It exposes white privilege. It indicts white supremacy. It problemetizes the cult of football. What’s not to love?
Tangerine* by Edward Bloor is written from the perspective of a sort of disabled (but not really? that’s part of the plot) middle school who is white, frail, very smart, repressed, and an excellent soccer player. He is forced to leave his white suburban school and either attend a nearby Catholic school, or alternatively, go to the “inner-city” tough kid not very white school. He readily picks the latter, for some very good reasons, and there he meets his first real fears, his first real friends, and sets about making and breaking heroes.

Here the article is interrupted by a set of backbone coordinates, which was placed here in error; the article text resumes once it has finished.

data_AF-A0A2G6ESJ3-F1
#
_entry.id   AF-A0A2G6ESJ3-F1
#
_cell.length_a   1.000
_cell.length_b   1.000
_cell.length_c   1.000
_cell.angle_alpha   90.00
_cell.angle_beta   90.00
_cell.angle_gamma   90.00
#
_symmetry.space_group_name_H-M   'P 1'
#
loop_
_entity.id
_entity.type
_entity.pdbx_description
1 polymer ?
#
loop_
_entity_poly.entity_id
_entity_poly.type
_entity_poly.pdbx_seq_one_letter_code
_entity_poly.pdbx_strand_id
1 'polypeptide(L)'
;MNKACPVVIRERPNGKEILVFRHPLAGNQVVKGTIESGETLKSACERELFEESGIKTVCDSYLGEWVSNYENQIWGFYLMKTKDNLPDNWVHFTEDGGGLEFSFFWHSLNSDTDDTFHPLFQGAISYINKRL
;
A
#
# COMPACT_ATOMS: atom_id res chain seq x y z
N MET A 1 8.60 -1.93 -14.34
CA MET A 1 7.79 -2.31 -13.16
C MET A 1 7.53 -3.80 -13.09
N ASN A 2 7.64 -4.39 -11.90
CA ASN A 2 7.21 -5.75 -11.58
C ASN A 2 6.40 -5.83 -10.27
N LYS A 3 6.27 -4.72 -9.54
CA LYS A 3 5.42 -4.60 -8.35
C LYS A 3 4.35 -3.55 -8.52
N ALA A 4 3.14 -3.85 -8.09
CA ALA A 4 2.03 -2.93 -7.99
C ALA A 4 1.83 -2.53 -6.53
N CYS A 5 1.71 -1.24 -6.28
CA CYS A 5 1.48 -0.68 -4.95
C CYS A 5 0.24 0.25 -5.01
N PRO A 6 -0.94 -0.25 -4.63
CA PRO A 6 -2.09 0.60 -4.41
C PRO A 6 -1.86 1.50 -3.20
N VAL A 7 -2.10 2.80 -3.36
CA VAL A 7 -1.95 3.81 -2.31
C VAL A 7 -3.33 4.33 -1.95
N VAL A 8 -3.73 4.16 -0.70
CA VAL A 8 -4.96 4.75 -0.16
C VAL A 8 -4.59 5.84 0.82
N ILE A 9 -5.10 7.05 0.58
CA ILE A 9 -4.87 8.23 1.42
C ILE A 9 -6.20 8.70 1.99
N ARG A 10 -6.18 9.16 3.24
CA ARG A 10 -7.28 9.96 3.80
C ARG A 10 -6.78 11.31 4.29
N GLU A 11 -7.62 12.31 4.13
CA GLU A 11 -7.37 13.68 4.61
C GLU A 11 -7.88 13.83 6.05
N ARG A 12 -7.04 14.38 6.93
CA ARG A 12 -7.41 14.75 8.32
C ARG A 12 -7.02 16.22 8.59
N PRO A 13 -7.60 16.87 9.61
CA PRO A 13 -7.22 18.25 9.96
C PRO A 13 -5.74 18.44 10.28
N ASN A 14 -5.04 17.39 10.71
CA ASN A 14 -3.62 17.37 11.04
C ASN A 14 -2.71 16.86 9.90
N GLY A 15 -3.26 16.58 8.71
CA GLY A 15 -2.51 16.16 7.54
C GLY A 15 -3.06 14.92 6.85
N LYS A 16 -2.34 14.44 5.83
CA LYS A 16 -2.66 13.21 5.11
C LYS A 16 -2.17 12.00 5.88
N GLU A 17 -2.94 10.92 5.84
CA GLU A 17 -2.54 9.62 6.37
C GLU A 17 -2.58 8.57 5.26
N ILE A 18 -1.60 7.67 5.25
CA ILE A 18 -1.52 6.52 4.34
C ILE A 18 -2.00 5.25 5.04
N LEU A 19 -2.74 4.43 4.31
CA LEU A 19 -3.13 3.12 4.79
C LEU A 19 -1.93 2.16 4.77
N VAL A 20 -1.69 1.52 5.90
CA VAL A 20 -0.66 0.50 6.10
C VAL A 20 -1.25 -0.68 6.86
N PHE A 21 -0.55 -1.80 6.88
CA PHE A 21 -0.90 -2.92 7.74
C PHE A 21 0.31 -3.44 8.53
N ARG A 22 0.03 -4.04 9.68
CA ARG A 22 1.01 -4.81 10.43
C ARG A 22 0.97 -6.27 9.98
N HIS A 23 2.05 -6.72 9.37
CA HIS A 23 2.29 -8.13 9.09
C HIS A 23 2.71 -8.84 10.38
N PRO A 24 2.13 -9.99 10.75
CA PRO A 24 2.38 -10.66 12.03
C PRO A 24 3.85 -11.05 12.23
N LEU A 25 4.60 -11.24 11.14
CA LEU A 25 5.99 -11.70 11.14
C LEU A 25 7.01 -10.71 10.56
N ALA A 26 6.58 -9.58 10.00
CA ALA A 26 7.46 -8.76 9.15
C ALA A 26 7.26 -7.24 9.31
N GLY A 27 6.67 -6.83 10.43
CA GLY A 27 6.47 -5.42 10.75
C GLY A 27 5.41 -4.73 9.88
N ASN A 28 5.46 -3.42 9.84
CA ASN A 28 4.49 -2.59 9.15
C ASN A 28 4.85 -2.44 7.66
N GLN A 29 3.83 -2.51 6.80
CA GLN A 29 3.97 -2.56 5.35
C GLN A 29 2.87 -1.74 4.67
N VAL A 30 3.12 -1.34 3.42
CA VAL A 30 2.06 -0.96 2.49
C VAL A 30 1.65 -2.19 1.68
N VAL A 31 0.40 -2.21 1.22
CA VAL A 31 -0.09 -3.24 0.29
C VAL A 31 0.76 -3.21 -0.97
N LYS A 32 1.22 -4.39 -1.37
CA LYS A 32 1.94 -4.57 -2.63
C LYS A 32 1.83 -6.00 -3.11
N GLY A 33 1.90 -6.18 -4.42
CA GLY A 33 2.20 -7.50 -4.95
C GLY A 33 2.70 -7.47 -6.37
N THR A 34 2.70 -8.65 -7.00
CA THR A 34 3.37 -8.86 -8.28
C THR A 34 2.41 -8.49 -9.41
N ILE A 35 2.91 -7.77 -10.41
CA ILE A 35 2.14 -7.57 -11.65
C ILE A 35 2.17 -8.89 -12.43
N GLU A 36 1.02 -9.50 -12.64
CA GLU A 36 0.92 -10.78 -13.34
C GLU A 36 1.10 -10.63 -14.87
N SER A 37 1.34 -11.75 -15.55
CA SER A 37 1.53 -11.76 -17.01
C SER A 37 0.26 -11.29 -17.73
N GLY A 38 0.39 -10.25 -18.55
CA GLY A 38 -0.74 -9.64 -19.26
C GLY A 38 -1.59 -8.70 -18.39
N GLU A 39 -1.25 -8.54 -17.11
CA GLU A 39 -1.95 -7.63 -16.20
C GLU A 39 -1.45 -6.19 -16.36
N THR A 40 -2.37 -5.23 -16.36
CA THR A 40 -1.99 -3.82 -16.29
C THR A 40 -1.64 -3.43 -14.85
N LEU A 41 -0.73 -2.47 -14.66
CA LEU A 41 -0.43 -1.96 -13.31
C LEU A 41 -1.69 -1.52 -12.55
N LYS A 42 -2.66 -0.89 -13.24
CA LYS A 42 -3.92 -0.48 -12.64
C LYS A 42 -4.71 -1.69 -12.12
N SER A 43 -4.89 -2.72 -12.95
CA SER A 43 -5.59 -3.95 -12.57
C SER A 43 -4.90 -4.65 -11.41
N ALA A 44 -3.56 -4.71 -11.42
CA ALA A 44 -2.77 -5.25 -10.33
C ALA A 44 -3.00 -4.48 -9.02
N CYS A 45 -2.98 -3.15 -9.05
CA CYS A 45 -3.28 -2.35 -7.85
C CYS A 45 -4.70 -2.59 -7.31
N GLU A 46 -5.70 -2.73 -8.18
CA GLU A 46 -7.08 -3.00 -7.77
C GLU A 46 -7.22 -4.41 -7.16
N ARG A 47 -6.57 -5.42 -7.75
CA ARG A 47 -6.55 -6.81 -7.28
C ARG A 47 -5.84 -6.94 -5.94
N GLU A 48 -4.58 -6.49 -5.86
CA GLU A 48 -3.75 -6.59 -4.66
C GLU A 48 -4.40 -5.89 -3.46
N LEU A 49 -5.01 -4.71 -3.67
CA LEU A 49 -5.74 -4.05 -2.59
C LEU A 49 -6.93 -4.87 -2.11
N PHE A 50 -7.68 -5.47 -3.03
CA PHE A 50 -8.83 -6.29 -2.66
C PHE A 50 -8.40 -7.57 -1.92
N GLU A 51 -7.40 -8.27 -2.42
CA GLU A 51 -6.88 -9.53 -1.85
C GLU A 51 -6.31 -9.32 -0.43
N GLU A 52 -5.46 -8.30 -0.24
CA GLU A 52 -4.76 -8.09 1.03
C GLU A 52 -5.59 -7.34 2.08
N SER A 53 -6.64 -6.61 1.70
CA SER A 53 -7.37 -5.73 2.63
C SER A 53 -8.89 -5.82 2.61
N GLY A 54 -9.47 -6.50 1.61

There are also tangerines, the fruit, which play a special role in the narrative.
This is a book that should totally be banned and burned if you don’t want kids to examine their own privilege, think about fairness and class, or confront racism. Or be mean to football. It is one of those books often assigned in middle school, and this is the time we are reading all the middle school books. Fits the bill as quick and entertaining, meaningful adult reading.